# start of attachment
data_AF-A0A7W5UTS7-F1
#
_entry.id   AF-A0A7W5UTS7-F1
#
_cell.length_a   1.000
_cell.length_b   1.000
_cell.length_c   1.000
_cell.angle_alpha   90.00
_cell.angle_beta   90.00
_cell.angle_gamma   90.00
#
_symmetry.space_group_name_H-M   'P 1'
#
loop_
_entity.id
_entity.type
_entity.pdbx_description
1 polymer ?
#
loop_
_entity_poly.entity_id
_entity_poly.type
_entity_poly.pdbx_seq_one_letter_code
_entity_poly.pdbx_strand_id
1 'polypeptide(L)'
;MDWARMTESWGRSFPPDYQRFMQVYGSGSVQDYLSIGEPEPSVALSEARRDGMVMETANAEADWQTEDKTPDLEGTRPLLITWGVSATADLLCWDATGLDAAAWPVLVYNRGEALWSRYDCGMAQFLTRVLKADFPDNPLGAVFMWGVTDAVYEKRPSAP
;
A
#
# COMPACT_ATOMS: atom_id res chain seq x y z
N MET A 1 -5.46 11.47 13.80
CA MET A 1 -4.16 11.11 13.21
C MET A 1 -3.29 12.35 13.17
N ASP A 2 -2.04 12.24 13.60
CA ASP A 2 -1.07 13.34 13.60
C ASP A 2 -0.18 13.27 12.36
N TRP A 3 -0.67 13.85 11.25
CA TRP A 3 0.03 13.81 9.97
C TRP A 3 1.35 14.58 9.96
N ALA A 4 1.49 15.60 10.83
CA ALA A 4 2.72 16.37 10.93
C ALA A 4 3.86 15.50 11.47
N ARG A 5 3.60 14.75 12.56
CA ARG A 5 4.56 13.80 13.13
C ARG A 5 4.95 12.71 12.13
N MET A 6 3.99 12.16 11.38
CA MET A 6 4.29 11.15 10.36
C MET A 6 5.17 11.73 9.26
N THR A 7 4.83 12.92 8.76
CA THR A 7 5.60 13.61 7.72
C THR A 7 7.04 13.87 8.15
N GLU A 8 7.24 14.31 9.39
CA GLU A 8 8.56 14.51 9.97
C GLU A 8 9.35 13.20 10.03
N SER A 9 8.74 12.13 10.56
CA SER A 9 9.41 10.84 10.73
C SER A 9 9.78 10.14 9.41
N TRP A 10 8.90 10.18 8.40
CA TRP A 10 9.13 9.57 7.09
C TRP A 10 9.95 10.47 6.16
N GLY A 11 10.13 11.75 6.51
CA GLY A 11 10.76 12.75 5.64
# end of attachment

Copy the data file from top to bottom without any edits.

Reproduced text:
data_AF-A0A7W5UTS7-F1
#
_entry.id   AF-A0A7W5UTS7-F1
#
_cell.length_a   1.000
_cell.length_b   1.000
_cell.length_c   1.000
_cell.angle_alpha   90.00
_cell.angle_beta   90.00
_cell.angle_gamma   90.00
#
_symmetry.space_group_name_H-M   'P 1'
#
loop_
_entity.id
_entity.type
_entity.pdbx_description
1 polymer ?
#
loop_
_entity_poly.entity_id
_entity_poly.type
_entity_poly.pdbx_seq_one_letter_code
_entity_poly.pdbx_strand_id
1 'polypeptide(L)'
;MDWARMTESWGRSFPPDYQRFMQVYGSGSVQDYLSIGEPEPSVALSEARRDGMVMETANAEADWQTEDKTPDLEGTRPLLITWGVSATADLLCWDATGLDAAAWPVLVYNRGEALWSRYDCGMAQFLTRVLKADFPDNPLGAVFMWGVTDAVYEKRPSAP
;
A
#
# COMPACT_ATOMS: atom_id res chain seq x y z
N MET A 1 -5.46 11.47 13.80
CA MET A 1 -4.16 11.11 13.21
C MET A 1 -3.29 12.35 13.17
N ASP A 2 -2.04 12.24 13.60
CA ASP A 2 -1.07 13.34 13.60
C ASP A 2 -0.18 13.27 12.36
N TRP A 3 -0.67 13.85 11.25
CA TRP A 3 0.03 13.81 9.97
C TRP A 3 1.35 14.58 9.96
N ALA A 4 1.49 15.60 10.83
CA ALA A 4 2.72 16.37 10.93
C ALA A 4 3.86 15.50 11.47
N ARG A 5 3.60 14.75 12.56
CA ARG A 5 4.56 13.80 13.13
C ARG A 5 4.95 12.71 12.13
N MET A 6 3.99 12.16 11.38
CA MET A 6 4.29 11.15 10.36
C MET A 6 5.17 11.73 9.26
N THR A 7 4.83 12.92 8.76
CA THR A 7 5.60 13.61 7.72
C THR A 7 7.04 13.87 8.15
N GLU A 8 7.24 14.31 9.39
CA GLU A 8 8.56 14.51 9.97
C GLU A 8 9.35 13.20 10.03
N SER A 9 8.74 12.13 10.56
CA SER A 9 9.41 10.84 10.73
C SER A 9 9.78 10.14 9.41
N TRP A 10 8.90 10.18 8.40
CA TRP A 10 9.13 9.57 7.09
C TRP A 10 9.95 10.47 6.16
N GLY A 11 10.13 11.75 6.51
CA GLY A 11 10.76 12.75 5.64